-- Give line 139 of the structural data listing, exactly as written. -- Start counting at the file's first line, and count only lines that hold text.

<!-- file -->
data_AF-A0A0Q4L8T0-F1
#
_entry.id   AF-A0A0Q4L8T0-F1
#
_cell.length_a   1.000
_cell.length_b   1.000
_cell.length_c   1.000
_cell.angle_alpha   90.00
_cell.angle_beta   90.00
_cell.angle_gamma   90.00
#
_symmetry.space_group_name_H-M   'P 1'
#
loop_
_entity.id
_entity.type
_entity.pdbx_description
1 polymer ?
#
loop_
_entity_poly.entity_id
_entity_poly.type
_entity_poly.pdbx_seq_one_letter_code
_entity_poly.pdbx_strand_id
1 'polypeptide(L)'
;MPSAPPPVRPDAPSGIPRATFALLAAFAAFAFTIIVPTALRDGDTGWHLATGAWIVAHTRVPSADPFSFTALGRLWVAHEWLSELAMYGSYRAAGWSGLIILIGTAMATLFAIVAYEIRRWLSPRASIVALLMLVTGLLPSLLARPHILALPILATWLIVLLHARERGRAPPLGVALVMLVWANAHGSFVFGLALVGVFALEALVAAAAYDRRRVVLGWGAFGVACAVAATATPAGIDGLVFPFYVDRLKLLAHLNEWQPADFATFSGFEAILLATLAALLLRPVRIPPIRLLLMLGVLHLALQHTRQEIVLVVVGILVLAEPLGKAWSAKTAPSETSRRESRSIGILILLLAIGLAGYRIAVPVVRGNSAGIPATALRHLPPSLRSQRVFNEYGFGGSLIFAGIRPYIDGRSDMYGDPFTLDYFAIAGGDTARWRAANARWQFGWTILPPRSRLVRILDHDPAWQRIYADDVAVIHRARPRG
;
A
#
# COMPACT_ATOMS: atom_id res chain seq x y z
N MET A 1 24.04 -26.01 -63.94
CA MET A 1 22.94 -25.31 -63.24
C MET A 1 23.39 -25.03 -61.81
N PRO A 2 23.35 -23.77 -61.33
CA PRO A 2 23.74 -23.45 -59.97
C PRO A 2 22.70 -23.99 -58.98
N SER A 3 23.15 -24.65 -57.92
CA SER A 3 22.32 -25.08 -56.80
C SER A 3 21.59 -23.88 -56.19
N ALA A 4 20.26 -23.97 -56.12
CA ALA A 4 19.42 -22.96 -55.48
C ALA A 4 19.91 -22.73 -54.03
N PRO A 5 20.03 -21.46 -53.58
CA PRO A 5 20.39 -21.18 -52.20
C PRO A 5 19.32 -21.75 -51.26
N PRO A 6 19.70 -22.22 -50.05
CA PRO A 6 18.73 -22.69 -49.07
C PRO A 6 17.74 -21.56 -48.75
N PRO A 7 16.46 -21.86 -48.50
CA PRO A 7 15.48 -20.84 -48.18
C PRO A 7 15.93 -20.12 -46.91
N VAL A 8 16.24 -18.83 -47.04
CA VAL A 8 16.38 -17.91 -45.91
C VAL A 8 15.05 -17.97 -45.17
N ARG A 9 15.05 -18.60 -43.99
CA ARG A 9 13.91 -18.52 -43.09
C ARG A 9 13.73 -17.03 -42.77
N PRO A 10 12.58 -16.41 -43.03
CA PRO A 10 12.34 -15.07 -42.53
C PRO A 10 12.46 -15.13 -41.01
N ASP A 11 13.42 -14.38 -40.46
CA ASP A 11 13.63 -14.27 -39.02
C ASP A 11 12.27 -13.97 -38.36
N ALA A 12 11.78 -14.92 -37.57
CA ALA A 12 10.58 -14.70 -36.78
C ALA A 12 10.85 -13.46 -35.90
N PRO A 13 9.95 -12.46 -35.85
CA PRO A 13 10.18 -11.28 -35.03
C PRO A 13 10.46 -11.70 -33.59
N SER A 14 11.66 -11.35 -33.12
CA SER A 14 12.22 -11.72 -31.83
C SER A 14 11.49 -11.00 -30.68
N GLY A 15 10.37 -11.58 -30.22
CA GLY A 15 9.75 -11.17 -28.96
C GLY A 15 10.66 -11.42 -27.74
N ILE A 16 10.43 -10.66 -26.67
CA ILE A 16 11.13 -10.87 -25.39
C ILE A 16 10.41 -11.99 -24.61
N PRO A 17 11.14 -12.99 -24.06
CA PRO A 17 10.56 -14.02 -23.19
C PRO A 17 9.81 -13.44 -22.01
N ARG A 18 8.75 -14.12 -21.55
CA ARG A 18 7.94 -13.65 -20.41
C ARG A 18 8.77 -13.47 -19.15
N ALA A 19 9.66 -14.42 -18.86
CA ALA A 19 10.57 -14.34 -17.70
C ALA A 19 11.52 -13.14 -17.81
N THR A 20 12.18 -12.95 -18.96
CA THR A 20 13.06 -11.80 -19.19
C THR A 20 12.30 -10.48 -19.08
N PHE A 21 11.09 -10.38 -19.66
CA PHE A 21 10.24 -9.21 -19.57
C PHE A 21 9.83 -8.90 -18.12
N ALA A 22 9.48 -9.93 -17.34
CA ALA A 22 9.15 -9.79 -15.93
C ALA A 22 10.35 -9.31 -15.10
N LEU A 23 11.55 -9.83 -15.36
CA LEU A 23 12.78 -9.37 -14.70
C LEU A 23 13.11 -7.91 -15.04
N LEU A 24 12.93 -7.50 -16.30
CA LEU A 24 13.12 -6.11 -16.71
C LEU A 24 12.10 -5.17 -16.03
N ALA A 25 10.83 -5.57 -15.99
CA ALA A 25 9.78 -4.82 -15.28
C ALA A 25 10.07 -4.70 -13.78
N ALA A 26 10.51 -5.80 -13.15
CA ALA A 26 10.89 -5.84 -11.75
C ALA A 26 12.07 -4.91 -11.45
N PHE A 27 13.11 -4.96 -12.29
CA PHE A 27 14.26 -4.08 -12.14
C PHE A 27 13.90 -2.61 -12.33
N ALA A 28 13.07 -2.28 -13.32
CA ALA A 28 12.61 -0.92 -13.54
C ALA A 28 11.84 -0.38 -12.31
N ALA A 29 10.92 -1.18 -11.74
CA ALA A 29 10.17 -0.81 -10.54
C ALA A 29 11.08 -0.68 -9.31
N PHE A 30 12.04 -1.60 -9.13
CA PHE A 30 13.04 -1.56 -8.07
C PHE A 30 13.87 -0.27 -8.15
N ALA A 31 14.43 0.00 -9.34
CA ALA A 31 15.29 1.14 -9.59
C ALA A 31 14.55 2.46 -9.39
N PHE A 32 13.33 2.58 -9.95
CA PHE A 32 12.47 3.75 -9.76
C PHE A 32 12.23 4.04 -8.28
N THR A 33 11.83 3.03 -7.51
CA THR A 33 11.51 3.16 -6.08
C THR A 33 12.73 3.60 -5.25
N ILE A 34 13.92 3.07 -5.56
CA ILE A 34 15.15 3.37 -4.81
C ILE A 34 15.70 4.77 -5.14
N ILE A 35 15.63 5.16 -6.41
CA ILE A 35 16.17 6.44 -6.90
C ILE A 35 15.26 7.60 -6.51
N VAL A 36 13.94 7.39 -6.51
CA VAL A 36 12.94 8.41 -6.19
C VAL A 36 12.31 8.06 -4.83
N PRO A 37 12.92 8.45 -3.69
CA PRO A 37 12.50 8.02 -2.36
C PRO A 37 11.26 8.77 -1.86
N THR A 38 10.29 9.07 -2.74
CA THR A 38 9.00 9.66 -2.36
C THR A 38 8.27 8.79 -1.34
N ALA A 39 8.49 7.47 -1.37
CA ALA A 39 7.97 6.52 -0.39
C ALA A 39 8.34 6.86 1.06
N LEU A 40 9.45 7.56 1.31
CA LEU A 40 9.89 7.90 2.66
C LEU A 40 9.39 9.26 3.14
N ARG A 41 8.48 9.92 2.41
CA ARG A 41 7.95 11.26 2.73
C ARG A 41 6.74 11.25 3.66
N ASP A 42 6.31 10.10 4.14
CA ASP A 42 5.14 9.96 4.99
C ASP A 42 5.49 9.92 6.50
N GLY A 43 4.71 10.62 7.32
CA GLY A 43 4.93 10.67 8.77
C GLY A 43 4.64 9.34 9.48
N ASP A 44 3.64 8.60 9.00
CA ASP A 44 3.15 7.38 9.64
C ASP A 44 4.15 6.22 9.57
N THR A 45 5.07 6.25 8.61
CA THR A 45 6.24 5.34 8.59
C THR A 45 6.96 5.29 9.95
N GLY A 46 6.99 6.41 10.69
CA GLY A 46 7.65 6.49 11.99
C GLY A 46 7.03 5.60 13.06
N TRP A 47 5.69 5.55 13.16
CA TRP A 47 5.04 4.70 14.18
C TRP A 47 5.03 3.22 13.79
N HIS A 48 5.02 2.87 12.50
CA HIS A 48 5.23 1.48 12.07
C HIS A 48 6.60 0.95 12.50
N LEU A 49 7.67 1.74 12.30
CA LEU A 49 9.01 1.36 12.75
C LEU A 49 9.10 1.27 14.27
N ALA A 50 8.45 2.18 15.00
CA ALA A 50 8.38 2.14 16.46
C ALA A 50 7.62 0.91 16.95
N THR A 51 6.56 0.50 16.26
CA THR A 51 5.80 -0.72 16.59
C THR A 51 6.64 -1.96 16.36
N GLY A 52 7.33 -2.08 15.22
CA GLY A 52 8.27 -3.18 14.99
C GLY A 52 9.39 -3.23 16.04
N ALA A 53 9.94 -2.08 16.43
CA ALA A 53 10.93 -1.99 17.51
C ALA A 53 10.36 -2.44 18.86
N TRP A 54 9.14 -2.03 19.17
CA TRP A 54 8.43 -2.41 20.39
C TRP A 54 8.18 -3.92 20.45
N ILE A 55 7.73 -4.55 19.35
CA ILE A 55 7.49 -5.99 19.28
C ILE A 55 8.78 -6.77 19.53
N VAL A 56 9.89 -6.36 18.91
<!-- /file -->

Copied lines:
N PRO A 37 12.92 8.45 -3.69